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References

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Schulze, G., Blaha, C., Hennecke, D., and Henne, J., 1995, “The Performance of a New Axial Single Stage Transonic Compressor,” Proceedings of the 12th ISABE, Melbourne, Australia, March 20–23, Paper No. ISABE-95-7072.
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Figures

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Fig. 1

Computational zone for single blade passage

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Fig. 2

Calculated and experimental total pressure ratio performance curve at design rotor speed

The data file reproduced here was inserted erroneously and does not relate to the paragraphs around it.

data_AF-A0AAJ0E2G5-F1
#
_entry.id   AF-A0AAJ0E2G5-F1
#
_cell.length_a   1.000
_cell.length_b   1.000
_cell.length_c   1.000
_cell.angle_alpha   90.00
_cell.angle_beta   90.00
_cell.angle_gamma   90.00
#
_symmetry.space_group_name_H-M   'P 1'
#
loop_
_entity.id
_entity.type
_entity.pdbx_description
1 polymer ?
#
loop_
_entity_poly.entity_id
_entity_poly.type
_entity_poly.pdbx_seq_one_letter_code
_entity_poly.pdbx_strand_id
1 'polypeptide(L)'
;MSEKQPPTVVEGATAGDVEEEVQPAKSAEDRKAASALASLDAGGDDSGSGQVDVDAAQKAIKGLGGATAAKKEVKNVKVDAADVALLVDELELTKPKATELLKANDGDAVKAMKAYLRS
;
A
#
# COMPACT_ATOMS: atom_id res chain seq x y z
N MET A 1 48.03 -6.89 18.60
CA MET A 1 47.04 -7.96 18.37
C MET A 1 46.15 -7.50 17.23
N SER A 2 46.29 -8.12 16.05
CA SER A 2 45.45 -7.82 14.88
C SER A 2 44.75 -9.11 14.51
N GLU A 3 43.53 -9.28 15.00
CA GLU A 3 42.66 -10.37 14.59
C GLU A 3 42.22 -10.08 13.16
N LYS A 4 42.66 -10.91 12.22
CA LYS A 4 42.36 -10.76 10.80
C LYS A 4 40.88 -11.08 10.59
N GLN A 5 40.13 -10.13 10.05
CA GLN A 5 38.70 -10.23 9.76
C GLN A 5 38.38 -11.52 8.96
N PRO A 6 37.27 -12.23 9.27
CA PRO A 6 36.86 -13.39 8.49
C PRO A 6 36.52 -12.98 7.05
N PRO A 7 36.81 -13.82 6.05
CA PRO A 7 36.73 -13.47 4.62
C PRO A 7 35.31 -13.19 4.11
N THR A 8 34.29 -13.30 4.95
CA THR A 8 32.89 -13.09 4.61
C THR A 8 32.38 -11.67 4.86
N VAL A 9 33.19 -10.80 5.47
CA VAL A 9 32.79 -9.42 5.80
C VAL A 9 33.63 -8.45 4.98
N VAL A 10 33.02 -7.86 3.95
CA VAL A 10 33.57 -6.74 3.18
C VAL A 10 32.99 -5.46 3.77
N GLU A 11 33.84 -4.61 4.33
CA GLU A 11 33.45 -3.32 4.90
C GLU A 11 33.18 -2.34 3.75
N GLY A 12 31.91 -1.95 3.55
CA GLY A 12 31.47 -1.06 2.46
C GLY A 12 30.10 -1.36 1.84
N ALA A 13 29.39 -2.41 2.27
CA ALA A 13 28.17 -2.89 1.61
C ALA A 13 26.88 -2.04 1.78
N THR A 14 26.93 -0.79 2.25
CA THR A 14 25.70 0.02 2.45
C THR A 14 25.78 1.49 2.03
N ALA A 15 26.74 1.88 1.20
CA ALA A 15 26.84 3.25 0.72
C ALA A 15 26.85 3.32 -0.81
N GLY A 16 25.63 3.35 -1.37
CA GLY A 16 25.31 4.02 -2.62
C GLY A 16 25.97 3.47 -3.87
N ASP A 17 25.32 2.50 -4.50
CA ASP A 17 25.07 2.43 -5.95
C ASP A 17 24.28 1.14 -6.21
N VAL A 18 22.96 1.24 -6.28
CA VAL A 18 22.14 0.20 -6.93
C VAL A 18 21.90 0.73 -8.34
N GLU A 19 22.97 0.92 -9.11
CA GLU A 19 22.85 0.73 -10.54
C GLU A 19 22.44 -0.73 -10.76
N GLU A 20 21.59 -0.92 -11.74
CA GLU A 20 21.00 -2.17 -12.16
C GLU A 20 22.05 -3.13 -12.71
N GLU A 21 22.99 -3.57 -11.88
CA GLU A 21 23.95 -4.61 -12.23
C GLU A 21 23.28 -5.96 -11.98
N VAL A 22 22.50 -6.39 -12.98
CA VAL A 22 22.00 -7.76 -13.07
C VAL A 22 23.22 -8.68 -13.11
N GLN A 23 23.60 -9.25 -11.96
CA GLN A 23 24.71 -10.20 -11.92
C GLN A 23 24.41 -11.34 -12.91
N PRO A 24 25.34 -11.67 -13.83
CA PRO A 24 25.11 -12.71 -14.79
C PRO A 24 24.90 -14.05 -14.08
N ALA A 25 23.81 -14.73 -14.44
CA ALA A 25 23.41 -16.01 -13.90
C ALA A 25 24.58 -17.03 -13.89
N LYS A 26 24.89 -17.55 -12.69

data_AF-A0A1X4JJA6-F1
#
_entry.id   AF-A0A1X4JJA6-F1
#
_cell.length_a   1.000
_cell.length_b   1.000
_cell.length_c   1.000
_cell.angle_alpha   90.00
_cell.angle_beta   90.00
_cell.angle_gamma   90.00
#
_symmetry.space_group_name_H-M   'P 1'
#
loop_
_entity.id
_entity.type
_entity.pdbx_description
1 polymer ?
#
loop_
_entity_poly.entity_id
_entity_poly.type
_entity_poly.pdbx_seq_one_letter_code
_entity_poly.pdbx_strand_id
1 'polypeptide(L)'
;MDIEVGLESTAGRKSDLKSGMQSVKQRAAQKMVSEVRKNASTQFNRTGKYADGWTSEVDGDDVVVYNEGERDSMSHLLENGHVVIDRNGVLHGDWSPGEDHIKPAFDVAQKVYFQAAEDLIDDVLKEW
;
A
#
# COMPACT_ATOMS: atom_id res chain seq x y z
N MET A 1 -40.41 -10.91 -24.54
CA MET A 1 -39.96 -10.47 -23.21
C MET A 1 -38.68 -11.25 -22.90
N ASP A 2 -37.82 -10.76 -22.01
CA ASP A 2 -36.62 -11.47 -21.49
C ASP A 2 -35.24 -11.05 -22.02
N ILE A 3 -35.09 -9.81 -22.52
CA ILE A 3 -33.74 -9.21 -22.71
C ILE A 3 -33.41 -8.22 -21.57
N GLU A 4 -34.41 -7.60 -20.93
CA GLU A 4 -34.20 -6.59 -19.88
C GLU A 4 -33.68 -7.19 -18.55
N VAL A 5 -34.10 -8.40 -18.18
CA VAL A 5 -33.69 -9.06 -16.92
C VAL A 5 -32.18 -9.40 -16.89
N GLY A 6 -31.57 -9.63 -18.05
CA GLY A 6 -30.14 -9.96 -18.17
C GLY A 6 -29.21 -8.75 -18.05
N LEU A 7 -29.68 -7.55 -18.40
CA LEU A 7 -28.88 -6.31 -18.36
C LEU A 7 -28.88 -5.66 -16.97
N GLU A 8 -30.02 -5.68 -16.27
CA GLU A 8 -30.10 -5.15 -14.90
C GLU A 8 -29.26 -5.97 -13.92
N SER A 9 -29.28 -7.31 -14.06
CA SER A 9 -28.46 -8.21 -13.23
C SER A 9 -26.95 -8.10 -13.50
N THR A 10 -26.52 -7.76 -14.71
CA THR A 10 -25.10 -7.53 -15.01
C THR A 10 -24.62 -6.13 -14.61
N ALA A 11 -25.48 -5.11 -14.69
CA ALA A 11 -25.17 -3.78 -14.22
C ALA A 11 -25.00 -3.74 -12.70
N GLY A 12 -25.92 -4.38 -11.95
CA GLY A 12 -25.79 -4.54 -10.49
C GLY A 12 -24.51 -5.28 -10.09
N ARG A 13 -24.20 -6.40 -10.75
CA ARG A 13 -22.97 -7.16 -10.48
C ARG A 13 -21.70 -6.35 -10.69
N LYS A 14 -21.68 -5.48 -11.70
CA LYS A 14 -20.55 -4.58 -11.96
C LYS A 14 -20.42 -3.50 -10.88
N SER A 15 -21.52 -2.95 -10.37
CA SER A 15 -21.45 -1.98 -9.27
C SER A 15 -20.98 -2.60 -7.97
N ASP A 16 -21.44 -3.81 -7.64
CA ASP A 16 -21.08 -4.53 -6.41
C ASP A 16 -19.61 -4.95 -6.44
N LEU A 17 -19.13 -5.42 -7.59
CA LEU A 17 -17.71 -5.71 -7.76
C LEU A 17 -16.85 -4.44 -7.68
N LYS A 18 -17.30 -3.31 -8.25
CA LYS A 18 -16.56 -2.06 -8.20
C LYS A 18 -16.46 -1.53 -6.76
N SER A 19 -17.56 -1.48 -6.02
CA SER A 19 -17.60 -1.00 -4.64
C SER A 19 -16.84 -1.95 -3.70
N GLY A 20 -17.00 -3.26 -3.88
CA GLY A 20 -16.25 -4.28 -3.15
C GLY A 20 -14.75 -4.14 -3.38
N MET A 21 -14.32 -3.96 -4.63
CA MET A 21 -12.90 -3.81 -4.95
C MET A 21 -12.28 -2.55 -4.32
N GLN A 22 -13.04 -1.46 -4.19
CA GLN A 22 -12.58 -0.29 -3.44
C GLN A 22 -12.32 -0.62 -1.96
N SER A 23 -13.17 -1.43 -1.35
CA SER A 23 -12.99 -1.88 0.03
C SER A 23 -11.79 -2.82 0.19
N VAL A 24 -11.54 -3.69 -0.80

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Fig. 3

Calculated and experimental adiabatic efficiency performance curve at design rotor speed

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Fig. 4

Calculated and experimental static pressure contours at casing at point PE

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Fig. 5

Calculated and experimental static pressure contours at casing at point NS

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Fig. 6

Relative Mach number contours at 99% span, a plane at the middle of the tip clearance, at point PE and NS

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Fig. 7

Three-dimensional relative total pressure contours at point PE and NS, showing the existence of the region dominated by tip leakage flow and its interface with the main flow

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Fig. 8